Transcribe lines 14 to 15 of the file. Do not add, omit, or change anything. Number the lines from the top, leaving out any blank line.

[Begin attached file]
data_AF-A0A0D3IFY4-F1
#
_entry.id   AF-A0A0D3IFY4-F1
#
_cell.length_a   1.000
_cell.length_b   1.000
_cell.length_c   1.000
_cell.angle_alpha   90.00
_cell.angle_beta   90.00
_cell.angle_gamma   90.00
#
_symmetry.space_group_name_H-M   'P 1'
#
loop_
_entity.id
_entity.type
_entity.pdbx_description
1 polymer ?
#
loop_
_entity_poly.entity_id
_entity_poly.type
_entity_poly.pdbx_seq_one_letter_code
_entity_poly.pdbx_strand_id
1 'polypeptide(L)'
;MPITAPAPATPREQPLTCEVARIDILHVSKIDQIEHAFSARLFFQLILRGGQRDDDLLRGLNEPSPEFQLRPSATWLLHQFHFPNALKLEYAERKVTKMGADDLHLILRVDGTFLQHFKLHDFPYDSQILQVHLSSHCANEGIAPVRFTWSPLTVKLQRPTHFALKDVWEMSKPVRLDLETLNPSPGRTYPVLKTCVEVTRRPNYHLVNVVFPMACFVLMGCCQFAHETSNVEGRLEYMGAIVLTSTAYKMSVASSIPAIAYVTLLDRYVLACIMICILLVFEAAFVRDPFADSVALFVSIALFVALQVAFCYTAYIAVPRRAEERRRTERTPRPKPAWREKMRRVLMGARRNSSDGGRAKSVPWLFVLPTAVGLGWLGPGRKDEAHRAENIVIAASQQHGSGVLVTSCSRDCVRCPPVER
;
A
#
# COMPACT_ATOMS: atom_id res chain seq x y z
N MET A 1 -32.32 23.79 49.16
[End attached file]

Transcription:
loop_
_entity.id